Condominium Bylaws and Homeowner Associations

Condominiums—along with gated communities and residential projects within a hotel resort—are usually governed under condominium bylaws that are registered in the national registry. Some developments, however, don’t function according to a set of bylaws but instead have a homeowners association that outlines a set of rules and that residents agree to abide by: you should be aware that the rules established by homeowners associations don’t carry quite the same weight in a court of law as do condominium bylaws.

In these kinds of developments—with or without bylaws—a resident owns as private property both his or her home and the land it sits on. Residents of the development collectively own the common areas. Condominium bylaws—which differ from development to development—include regulations concerning personal conduct within the project, building codes and ecological practices, pets, and waste collection. They also include a number of administrative rules that set out how the condominium administrative body is to be formed, duties of administrators, voting processes, frequency of meetings (and how residents are to be notified of meetings), and—very important—agreed on processes for resolving conflicts. The purpose of having such bylaws are manifold: in addition to giving prospective buyers a clear idea of what kind of development they are buying into, these bylaws also provide for an orderly process for changing bylaws, should residents see a need to do. Third, bylaws (in theory) help insure the peaceful co-existence of all members of the development.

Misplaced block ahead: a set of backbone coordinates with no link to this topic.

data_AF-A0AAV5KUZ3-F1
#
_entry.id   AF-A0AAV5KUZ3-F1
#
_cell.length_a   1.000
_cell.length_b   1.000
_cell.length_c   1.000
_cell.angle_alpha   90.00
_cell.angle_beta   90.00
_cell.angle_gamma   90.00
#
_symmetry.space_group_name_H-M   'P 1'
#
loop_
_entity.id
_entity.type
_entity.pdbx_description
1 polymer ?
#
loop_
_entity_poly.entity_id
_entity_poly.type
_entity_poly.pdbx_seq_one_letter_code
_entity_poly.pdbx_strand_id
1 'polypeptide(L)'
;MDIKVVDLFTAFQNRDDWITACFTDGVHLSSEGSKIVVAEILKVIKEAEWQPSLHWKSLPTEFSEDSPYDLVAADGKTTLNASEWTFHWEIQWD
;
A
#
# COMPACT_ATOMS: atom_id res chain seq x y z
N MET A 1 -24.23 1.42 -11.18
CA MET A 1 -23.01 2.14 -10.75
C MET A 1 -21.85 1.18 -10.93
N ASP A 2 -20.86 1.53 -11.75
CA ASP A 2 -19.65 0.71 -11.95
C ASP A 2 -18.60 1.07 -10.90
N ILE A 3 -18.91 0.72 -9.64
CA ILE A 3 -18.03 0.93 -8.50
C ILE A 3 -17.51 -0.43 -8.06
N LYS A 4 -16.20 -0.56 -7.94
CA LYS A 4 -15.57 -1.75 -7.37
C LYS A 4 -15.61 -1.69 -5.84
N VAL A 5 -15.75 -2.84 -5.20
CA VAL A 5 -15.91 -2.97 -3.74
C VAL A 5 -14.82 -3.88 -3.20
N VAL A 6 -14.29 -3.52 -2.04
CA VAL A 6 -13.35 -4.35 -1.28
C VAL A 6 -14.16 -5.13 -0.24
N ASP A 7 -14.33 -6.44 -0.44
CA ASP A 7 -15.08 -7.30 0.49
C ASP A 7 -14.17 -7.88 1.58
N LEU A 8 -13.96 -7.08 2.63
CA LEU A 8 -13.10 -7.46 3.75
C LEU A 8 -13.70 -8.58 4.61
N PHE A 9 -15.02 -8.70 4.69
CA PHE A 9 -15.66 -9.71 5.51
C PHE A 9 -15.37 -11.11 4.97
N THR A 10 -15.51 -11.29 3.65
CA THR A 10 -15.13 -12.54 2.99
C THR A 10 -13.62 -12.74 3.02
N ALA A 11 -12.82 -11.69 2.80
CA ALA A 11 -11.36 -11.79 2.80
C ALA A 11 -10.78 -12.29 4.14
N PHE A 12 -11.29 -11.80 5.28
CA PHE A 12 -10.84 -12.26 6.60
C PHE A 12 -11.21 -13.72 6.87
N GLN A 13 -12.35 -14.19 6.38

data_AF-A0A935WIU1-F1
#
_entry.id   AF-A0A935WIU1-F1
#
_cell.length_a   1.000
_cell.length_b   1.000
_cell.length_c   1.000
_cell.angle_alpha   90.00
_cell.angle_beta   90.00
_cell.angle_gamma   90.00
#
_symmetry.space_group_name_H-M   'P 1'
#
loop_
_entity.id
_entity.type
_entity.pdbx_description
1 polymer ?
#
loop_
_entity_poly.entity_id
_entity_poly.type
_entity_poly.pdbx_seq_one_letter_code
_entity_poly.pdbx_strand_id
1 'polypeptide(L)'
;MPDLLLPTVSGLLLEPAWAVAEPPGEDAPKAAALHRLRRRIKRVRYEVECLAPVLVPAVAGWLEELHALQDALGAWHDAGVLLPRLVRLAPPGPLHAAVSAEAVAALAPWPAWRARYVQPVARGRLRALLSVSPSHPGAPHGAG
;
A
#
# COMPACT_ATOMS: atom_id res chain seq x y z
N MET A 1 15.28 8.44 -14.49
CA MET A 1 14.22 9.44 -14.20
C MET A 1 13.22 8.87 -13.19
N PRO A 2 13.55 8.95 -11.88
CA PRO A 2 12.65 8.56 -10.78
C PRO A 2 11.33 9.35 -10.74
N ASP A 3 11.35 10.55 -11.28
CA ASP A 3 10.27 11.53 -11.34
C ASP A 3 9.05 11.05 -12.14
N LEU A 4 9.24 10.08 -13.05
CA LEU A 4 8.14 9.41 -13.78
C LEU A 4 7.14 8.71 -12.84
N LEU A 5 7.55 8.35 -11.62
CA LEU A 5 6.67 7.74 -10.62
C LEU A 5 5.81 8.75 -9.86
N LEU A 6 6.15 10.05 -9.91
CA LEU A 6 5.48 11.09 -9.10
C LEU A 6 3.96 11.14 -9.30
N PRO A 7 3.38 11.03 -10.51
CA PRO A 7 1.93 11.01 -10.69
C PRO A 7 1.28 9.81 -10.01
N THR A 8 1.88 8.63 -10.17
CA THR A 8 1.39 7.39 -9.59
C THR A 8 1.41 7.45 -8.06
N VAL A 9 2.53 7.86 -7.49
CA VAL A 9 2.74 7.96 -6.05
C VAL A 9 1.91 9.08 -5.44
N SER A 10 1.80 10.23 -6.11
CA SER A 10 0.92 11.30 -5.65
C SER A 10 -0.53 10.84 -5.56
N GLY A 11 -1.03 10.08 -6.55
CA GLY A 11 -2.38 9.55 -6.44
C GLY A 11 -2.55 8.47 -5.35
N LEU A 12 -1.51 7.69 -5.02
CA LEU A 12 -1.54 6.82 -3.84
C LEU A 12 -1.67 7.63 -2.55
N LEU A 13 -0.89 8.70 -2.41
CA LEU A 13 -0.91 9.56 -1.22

Condominiums and other similar developments require that residents pay monthly fees, which go toward administrative expenses, guard fees, insurance, building maintenance, municipal taxes on common areas, and maintenance of lighting and sprinkler systems. Some developments also require the creation of a reserve fund, which is used to cover any unforeseen, large expenses.

The Condominium Owners Assembly (COA) acts as the governing body of the condominium. Residents vote on certain proposals laid out by the COA, with the number of votes proportional to the amount of ownership in the development. In some developments, the developer maintains a high percentage of ownership and may therefore hold sway on the outcome of any proposal put to vote. It is always important to understand the ownership ratios—and the exact terms of the bylaws—before buying.

For more information on condominium bylaws and homeowner associations, see Chapter 11, Legal Issues.